I read this Art News article today and it gave me pause. The focus of the article: a just-released book ( 2016 in Museums, Money, and Politics) about nonprofit board wealth and the intersection of these board members with politics. I am struggling with the actual so-what or what to do or even what is the best advice for boards given the revelations detailed in this book but at very minimum, the topic is worthy of exploration and conversation and hence, my highlighting it today.
Perhaps one takeaway: how certain as a board member are you that you are fully aware of the values and actions of the board members with whom you sit? Do your fellow members support activities that are counter to or consistent with your own values and beliefs? And if so, so-what? And, how often if ever has your board had an agenda-scheduled conversation about the world in which your nonprofit operates and how or what might it do different given the state of the world. All this is of course good generative conversation material and yes, I do believe that every board meeting should brave these discussions as vehicles for informing fiduciary and strategic discussions and decision-making.
Here's some of the article excerpts:
2016 in Museums, Money, and Politics examines the intersection of electoral politics and private nonprofit arts organizations in the United States at a pivotal historical juncture. It documents the reported political contributions made by members of the boards of 128 arts organizations in the course of the 2016 US election cycle and its aftermath. Located throughout all 50 states and the District of Columbia, these organizations include the majority of art museums in the United States with budgets over $2.5 million that exhibit contemporary art. The research presented in this book includes records of over 36,000 political contributions linked to 2,411 of the roughly 5,460 individuals serving on the boards of these organizations, revealing the scale of the interface between political campaign finance and cultural patronage.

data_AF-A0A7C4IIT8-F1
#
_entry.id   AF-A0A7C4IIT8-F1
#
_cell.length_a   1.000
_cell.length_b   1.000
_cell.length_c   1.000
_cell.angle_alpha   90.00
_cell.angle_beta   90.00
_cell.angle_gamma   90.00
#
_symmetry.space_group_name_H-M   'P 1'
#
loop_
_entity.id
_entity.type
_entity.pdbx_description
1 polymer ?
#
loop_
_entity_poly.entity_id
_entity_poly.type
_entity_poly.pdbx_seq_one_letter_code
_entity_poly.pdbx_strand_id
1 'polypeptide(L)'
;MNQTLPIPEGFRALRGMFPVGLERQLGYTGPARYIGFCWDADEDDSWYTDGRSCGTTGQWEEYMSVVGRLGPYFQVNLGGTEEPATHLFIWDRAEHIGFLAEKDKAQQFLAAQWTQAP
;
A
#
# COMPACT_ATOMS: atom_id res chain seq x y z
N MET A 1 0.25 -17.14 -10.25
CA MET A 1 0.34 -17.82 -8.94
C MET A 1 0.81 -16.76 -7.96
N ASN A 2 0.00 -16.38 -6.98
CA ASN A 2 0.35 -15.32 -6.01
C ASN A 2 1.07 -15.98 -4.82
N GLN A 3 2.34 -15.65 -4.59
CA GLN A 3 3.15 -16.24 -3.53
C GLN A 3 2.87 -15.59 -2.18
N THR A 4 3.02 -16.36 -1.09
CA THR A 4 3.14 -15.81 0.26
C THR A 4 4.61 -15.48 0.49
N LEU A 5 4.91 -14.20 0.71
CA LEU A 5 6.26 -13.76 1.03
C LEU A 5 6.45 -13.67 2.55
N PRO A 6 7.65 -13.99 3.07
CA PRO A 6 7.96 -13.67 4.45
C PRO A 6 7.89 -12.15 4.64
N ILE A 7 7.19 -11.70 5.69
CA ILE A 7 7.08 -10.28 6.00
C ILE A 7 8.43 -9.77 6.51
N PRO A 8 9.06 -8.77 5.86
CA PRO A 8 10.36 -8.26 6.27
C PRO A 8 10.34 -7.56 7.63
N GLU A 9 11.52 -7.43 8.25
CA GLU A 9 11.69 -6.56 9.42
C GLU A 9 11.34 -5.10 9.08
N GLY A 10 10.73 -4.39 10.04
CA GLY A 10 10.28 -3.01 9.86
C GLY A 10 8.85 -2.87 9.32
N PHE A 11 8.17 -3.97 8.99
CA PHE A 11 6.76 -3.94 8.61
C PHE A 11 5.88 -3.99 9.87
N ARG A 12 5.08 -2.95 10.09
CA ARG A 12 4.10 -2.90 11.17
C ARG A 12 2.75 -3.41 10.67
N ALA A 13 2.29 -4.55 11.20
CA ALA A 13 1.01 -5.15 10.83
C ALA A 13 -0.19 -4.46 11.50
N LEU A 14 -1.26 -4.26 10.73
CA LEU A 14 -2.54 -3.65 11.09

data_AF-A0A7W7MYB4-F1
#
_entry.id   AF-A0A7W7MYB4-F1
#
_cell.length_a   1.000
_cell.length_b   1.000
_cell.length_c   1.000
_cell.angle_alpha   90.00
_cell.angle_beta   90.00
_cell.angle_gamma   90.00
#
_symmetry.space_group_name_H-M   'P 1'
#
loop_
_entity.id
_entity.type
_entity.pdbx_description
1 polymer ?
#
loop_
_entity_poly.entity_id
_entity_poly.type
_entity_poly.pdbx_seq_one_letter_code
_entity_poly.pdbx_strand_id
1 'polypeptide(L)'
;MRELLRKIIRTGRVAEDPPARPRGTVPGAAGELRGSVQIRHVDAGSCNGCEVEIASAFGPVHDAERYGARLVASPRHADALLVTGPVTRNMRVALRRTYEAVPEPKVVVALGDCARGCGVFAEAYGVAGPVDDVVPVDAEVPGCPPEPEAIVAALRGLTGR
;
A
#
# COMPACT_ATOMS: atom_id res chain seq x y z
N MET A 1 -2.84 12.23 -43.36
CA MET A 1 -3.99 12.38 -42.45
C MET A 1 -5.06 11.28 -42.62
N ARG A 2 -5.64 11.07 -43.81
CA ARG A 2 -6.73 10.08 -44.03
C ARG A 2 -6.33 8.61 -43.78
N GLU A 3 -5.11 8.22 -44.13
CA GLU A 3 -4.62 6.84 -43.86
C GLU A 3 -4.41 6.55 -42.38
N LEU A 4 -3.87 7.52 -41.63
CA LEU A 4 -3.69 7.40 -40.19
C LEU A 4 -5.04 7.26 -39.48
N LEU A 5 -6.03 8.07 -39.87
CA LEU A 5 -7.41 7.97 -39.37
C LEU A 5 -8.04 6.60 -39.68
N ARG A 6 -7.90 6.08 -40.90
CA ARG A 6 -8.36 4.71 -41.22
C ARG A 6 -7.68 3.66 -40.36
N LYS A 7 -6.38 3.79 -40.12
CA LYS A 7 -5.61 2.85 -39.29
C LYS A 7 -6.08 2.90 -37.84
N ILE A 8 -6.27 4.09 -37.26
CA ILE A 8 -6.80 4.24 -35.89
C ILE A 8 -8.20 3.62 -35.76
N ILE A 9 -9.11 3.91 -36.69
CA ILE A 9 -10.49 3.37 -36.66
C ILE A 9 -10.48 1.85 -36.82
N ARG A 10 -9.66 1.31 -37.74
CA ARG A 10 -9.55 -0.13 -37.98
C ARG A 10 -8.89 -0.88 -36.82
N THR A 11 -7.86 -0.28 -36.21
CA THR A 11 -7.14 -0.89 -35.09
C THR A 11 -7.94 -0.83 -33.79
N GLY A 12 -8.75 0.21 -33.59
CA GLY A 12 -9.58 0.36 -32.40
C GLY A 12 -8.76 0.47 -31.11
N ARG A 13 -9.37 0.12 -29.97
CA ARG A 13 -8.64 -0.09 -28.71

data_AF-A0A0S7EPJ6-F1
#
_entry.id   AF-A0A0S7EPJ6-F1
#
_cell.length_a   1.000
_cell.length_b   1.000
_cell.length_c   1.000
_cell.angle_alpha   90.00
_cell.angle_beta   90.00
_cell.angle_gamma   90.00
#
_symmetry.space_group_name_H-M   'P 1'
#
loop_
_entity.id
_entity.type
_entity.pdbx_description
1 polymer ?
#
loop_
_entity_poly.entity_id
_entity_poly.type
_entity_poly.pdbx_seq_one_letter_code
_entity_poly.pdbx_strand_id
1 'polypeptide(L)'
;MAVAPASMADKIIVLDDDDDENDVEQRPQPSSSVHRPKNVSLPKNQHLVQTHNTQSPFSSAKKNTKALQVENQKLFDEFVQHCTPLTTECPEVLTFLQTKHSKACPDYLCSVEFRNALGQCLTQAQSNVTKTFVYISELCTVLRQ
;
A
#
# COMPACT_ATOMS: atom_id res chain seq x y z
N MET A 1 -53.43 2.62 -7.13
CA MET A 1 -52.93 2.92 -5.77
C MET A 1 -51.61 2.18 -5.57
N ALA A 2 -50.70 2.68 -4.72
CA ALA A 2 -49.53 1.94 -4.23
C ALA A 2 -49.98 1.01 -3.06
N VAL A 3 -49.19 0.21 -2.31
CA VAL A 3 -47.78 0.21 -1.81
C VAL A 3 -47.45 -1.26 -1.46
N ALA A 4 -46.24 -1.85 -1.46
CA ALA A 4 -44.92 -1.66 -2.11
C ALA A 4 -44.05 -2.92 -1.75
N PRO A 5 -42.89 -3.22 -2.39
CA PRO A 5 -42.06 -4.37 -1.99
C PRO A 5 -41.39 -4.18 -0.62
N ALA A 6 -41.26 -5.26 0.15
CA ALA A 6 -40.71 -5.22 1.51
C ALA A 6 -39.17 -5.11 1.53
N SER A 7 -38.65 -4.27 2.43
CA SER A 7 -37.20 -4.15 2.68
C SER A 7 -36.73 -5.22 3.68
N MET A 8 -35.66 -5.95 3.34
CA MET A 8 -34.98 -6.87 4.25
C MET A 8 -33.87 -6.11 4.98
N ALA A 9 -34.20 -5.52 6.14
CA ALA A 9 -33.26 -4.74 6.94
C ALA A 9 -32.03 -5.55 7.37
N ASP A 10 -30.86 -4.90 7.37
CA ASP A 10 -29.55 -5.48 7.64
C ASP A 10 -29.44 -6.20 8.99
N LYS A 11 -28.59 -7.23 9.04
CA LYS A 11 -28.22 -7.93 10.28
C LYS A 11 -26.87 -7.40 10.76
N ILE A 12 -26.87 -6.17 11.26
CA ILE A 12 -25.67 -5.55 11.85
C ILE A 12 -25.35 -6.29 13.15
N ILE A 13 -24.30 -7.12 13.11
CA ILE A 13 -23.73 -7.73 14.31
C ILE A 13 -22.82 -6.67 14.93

(The recent election) was the most expensive election cycle in US history, with over $6.4 billion raised for presidential and congressional races combined. Of these contributions, 68 percent came from the 0.68 percent of the US adult population that gives over $200 to political campaigns, while over 50 percent of the total amount given came from just 350 wealthy families and their companies.
The growing political influence of wealth on, and in, government in the United States has led social scientists and other observers of politics to conclude that our system of government is no longer a democracy—government by the people through elected representatives. Instead, the United States has become a plutocracy—government by the wealthy.
Arts organizations in the United States also have benefited from increasing concentrations of wealth. Almost all public and nonprofit arts organizations in the United States are structured as charitable corporations governed by self-appointed voluntary boards, which manage their collections and assets in “public trust.” Most of these boards also support their organizations with financial contributions.
The size and number of museum boards and the wealth of their members also grew, funding new museums and museum buildings, high salaries for senior staff, and the purchase of art at skyrocketing prices, while raising concerns about the influence of board members and patrons on museum programs and acquisitions.
This study shows that museum boards have also become prominent hubs of political finance. Over 42.5 percent of the 5,458 individual board members researched were found to make political contributions of over $200, the threshold for reporting, dwarfing the 0.68 percent of the US adult population as a whole who made such contributions during the 2016 election cycle.
The extent of the interface between cultural patronage and campaign finance revealed by this study raises significant questions for the field of art. Do private, nonprofit arts organizations funded and governed by wealthy patrons serve to legitimize government by and for the wealthiest members of society? Are the political activities and influence of the board members of arts organizations consistent with their trusteeship of our collective cultural heritage?